Your computer has crashed, and you suspect you may have a major computer virus. What should you do? Most people immediately call the computer repair tech, and provide very little information except, “Let me know when it's ready, and I need it working as soon as possible!" The truth is that being prepared with key information in advance will make the repair process go much smoother, and can even save you some money for the repairs in the long run.
Before you call for help, here's some critical information you should compile for the computer technician repairing your computer. First, think about and write down all your computer needs:
If you think you have a virus, let the tech know which virus protection program you are using. Virus protection should be set up to automatically download updates to keep your virus program current, if it is not, say so. Your technician will want to know when you downloaded the last updates for the current virus protection program subscription.
If you develop sudden computer problems, try to write down what you were using the computer for, just before the problem occurred. If you get an error message or a blue screen, write down the information. The internet has a wealth of knowledge about computer problems. Sometimes you can just type in the error code and find a quick solution for your problem. Any information you can give the technician will expedite the repair, and therefore ultimately cost you less money for the repairs.
If you are having other computer problems, let the tech know any recent changes to your computer, including any applications you may have installed and any updates to the operating system. Whenever possible, keep track of updates to applications already installed on your computer, such as office programs, internet browsers, CD or DVD writing programs, photo editing programs, etc. He or she will also need to know all the hardware installed, or peripherals added to your computer such as printers, scanners, or digital cameras.
If you are having problems with the internet, be prepared to tell the tech the name of your internet provider. Note: Your internet provider is not always the same as your e-mail provider such as AOL or Yahoo or Hotmail or Live. Let him or her know where your DSL or cable modem is located or if you are on dial-up. You also need to be prepared to type in the security codes for the technician for your router if you have one on your home network.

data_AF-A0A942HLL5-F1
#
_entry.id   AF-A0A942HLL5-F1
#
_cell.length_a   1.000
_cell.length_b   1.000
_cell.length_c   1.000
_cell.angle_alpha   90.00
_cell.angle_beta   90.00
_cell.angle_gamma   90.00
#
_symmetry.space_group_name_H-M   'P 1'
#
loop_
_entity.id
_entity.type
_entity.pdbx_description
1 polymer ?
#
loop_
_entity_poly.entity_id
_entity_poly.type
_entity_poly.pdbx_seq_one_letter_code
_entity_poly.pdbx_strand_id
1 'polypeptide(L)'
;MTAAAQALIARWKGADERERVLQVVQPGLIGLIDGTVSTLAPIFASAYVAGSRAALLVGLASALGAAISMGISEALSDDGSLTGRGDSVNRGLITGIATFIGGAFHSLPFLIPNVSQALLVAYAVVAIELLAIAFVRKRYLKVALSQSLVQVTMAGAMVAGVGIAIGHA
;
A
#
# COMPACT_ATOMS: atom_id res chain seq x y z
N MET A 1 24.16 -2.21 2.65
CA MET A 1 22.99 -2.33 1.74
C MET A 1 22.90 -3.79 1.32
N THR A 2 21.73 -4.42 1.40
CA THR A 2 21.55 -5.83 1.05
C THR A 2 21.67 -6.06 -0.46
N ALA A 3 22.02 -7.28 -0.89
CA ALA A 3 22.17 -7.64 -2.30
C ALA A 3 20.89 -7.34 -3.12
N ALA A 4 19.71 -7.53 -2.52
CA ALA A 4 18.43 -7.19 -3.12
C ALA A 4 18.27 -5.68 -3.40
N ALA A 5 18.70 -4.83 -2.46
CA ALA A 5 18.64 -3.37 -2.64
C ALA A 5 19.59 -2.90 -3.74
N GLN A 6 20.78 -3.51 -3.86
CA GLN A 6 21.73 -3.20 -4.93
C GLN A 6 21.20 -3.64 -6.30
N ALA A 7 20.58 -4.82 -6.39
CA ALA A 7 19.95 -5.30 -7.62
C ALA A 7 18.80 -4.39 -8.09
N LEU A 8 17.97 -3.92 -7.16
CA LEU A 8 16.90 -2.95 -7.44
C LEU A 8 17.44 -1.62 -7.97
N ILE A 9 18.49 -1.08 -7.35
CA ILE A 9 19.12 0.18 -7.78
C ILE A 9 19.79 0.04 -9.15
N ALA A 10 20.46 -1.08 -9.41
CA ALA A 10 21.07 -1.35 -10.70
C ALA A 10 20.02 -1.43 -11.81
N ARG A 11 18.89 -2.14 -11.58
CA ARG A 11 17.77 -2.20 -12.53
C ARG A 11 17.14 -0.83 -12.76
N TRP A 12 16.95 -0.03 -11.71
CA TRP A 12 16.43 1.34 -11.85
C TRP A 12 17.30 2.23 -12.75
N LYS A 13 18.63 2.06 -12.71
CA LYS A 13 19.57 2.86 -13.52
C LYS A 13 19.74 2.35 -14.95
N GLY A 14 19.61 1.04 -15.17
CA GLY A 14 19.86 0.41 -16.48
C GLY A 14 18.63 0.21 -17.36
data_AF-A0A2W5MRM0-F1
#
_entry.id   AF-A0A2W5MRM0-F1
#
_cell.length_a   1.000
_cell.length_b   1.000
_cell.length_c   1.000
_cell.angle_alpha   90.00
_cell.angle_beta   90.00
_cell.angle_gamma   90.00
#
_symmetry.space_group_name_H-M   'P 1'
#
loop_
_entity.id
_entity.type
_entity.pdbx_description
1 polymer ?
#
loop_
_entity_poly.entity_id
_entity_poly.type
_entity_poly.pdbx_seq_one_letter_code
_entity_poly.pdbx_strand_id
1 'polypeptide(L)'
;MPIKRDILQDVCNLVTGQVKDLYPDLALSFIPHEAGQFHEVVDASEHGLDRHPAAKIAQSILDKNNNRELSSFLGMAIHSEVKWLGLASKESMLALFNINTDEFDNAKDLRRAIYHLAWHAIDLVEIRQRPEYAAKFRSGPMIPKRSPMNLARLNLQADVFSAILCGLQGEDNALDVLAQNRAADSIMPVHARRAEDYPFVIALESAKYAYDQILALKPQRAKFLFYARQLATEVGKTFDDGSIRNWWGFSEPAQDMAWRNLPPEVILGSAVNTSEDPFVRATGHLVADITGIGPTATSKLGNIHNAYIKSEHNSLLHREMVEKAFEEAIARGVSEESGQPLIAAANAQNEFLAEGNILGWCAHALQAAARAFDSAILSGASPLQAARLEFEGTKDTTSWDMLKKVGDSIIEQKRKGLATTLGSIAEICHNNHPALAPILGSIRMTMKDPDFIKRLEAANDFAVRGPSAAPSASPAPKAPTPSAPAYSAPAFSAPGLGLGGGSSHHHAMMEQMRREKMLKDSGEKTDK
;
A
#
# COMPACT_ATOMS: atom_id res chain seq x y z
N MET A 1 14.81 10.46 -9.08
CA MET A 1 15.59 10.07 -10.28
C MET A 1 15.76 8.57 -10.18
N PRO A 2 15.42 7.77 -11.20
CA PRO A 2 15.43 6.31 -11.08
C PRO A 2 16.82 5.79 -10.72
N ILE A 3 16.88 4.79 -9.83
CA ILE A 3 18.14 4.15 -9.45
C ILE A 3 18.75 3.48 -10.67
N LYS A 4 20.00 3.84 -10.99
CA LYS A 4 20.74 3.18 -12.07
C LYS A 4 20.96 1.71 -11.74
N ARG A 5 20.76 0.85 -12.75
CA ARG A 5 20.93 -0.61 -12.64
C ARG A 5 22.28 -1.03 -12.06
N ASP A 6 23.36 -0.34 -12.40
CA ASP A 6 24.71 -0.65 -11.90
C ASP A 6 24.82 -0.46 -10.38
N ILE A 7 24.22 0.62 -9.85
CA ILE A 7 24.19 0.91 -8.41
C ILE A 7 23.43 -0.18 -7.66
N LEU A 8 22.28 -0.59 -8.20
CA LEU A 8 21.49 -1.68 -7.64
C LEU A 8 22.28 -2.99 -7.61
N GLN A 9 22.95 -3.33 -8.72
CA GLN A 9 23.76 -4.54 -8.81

Second, always keep passwords and security codes in a safe place. Memorized passwords are the best, but we are human and sometimes need to write them down. I recommend putting them on a notepad document on a floppy or flash drive that only you have access to. Do not leave the document on your computer, where hackers can find it or where it will get lost if your computer crashes.
Another suggestion is to get a small CD case to put all your software in. Don't forget to include the product keys! The technician might need them to uninstall and reinstall drivers or applications that may or may not be the cause of your problems. You also want to keep all the documentation for you computer together. The technician may suggest upgrades, and will need to know what type of hardware you have, so they can make the correct suggestions or purchases for upgrades.
When you do call, ask about the technician's qualifications, and if he or she will be able to help you fix all the problems you are having. Let the tech know whether it is operating system problems, application problems, or hardware problems, either inside or outside the computer.
If the the technician is repairing your computer on site, you should not hesitate to ask questions about what he or she is doing to complete repair. The tech should also be able tell you what they are doing in terms you understand, and if possible, show you how to prevent the problem from occurring again.
Finally, before the technician leaves, they should ask you if you have any other needs or questions. You may want to ask if there are any things you need to do to maintain your computer. Don't be afraid to ask him or her how to do them or how to set up maintenance tasks to occur automatically. I like to follow up with my customers a couple of days later to see if any other needs arise since the original problems were repaired, and if they are happy with the service they received.
Christopher Kingsley is the owner-operator of Crash Crew Computers and Networking, at http://www.computertechspecialist.com serving Ventura County including Oxnard, Camarillo, Ojai, and Santa Paula since 1997. Chris is CompTIA: A and Network Certified, a Microsoft Certified Professional (MCP) and Microsoft Certified Systems Administrator (MCSA).
Chris Kingsley started out in the U. S. Navy as an Aviation Electronics Technician. He worked for a major Aircraft Manufacturer, modifying and maintaining Naval Aircraft electronic systems, and taught Navy Technicians how to maintain and use the new or upgraded systems installed.